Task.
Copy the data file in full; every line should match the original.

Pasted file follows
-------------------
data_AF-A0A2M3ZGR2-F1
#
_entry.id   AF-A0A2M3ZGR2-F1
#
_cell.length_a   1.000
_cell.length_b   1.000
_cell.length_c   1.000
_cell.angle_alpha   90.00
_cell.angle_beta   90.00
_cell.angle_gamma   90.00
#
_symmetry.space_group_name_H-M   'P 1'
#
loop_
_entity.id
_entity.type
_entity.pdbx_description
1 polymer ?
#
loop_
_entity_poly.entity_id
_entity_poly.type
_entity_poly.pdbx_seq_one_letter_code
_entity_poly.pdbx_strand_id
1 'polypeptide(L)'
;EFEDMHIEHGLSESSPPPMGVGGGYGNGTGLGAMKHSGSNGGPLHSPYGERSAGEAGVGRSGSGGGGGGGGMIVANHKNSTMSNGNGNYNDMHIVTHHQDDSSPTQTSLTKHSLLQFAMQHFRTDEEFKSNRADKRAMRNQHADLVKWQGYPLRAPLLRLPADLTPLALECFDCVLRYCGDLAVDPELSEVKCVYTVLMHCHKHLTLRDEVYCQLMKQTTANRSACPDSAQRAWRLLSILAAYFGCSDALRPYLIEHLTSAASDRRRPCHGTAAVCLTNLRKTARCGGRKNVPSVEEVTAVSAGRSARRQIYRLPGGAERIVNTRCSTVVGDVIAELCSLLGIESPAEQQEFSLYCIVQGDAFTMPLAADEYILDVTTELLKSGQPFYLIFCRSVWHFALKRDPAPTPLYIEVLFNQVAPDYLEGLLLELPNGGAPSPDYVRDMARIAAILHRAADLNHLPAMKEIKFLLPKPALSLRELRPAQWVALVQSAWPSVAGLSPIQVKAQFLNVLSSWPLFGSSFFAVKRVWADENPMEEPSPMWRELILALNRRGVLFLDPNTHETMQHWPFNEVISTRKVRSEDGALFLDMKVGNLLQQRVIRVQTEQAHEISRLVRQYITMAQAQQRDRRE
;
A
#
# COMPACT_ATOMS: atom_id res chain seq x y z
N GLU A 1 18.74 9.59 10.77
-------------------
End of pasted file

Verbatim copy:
data_AF-A0A2M3ZGR2-F1
#
_entry.id   AF-A0A2M3ZGR2-F1
#
_cell.length_a   1.000
_cell.length_b   1.000
_cell.length_c   1.000
_cell.angle_alpha   90.00
_cell.angle_beta   90.00
_cell.angle_gamma   90.00
#
_symmetry.space_group_name_H-M   'P 1'
#
loop_
_entity.id
_entity.type
_entity.pdbx_description
1 polymer ?
#
loop_
_entity_poly.entity_id
_entity_poly.type
_entity_poly.pdbx_seq_one_letter_code
_entity_poly.pdbx_strand_id
1 'polypeptide(L)'
;EFEDMHIEHGLSESSPPPMGVGGGYGNGTGLGAMKHSGSNGGPLHSPYGERSAGEAGVGRSGSGGGGGGGGMIVANHKNSTMSNGNGNYNDMHIVTHHQDDSSPTQTSLTKHSLLQFAMQHFRTDEEFKSNRADKRAMRNQHADLVKWQGYPLRAPLLRLPADLTPLALECFDCVLRYCGDLAVDPELSEVKCVYTVLMHCHKHLTLRDEVYCQLMKQTTANRSACPDSAQRAWRLLSILAAYFGCSDALRPYLIEHLTSAASDRRRPCHGTAAVCLTNLRKTARCGGRKNVPSVEEVTAVSAGRSARRQIYRLPGGAERIVNTRCSTVVGDVIAELCSLLGIESPAEQQEFSLYCIVQGDAFTMPLAADEYILDVTTELLKSGQPFYLIFCRSVWHFALKRDPAPTPLYIEVLFNQVAPDYLEGLLLELPNGGAPSPDYVRDMARIAAILHRAADLNHLPAMKEIKFLLPKPALSLRELRPAQWVALVQSAWPSVAGLSPIQVKAQFLNVLSSWPLFGSSFFAVKRVWADENPMEEPSPMWRELILALNRRGVLFLDPNTHETMQHWPFNEVISTRKVRSEDGALFLDMKVGNLLQQRVIRVQTEQAHEISRLVRQYITMAQAQQRDRRE
;
A
#
# COMPACT_ATOMS: atom_id res chain seq x y z
N GLU A 1 18.74 9.59 10.77